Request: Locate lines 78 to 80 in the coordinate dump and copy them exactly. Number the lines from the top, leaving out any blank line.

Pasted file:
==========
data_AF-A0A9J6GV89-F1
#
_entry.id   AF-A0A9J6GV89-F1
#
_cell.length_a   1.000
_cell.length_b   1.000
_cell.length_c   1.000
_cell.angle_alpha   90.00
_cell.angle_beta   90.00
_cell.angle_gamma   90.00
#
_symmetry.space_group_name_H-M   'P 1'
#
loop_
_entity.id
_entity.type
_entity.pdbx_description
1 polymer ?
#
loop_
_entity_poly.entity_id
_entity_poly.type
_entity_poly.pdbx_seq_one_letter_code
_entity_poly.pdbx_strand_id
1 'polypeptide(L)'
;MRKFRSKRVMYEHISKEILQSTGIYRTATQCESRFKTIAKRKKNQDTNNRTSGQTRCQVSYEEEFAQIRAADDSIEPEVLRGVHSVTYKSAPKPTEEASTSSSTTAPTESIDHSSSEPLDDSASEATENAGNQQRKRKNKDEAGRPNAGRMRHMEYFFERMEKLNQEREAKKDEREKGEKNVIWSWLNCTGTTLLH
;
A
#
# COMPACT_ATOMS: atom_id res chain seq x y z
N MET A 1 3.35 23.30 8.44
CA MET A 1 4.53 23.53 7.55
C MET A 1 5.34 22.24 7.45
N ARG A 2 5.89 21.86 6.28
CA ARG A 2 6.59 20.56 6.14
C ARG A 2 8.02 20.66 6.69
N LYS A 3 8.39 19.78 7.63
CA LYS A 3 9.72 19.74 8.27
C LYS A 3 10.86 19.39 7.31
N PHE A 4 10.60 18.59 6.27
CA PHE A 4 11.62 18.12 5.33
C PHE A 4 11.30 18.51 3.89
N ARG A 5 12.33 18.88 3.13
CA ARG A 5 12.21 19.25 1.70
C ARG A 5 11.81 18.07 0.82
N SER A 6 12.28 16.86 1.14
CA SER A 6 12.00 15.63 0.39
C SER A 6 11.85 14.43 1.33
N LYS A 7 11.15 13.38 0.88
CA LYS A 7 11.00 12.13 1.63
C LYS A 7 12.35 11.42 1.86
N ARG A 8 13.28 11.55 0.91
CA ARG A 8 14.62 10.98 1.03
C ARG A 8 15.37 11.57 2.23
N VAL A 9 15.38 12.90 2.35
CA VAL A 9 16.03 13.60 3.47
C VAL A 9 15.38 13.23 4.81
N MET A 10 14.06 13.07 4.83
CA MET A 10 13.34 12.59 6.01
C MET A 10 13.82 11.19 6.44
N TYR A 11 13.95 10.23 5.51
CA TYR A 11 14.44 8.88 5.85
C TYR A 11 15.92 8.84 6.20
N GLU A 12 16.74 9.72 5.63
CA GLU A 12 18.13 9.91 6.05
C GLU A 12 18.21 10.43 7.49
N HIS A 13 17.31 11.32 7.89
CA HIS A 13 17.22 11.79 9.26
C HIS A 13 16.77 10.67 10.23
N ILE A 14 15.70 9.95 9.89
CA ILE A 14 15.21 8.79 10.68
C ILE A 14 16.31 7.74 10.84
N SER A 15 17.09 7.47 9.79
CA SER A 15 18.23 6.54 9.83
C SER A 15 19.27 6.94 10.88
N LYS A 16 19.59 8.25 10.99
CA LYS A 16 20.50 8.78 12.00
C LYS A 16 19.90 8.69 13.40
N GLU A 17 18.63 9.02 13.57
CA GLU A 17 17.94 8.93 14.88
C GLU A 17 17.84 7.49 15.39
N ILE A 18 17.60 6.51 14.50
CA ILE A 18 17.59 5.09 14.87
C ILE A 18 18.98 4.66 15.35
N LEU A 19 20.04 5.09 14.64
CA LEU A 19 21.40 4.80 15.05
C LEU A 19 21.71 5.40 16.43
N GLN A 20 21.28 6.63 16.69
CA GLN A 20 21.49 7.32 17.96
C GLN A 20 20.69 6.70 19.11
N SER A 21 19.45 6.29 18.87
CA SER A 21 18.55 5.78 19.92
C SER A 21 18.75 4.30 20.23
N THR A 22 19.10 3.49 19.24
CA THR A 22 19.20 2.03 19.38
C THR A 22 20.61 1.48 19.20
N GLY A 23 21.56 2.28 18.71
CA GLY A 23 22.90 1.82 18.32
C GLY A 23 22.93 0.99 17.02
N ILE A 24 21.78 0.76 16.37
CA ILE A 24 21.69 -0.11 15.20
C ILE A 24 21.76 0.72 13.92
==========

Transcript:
C LYS A 16 19.90 8.69 13.40
N GLU A 17 18.63 9.02 13.57
CA GLU A 17 17.94 8.93 14.88